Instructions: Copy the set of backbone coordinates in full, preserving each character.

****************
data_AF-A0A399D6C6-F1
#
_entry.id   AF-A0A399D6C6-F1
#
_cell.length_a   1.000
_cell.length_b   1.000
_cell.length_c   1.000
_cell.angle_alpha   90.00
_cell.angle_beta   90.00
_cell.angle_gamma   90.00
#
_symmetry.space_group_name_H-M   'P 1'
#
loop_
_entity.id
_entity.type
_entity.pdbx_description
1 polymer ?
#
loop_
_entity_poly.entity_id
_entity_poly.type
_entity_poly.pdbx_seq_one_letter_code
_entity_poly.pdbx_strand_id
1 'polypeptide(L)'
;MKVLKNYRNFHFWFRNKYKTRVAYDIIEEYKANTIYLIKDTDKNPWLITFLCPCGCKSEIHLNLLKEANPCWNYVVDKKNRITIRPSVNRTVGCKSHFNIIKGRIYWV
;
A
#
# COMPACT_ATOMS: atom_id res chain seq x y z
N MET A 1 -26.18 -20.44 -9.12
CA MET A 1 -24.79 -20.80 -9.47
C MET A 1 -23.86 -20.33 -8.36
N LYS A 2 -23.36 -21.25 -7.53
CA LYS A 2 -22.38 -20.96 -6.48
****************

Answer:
data_AF-A0A399D6C6-F1
#
_entry.id   AF-A0A399D6C6-F1
#
_cell.length_a   1.000
_cell.length_b   1.000
_cell.length_c   1.000
_cell.angle_alpha   90.00
_cell.angle_beta   90.00
_cell.angle_gamma   90.00
#
_symmetry.space_group_name_H-M   'P 1'
#
loop_
_entity.id
_entity.type
_entity.pdbx_description
1 polymer ?
#
loop_
_entity_poly.entity_id
_entity_poly.type
_entity_poly.pdbx_seq_one_letter_code
_entity_poly.pdbx_strand_id
1 'polypeptide(L)'
;MKVLKNYRNFHFWFRNKYKTRVAYDIIEEYKANTIYLIKDTDKNPWLITFLCPCGCKSEIHLNLLKEANPCWNYVVDKKNRITIRPSVNRTVGCKSHFNIIKGRIYWV
;
A
#
# COMPACT_ATOMS: atom_id res chain seq x y z
N MET A 1 -26.18 -20.44 -9.12
CA MET A 1 -24.79 -20.80 -9.47
C MET A 1 -23.86 -20.33 -8.36
N LYS A 2 -23.36 -21.25 -7.53
CA LYS A 2 -22.38 -20.96 -6.48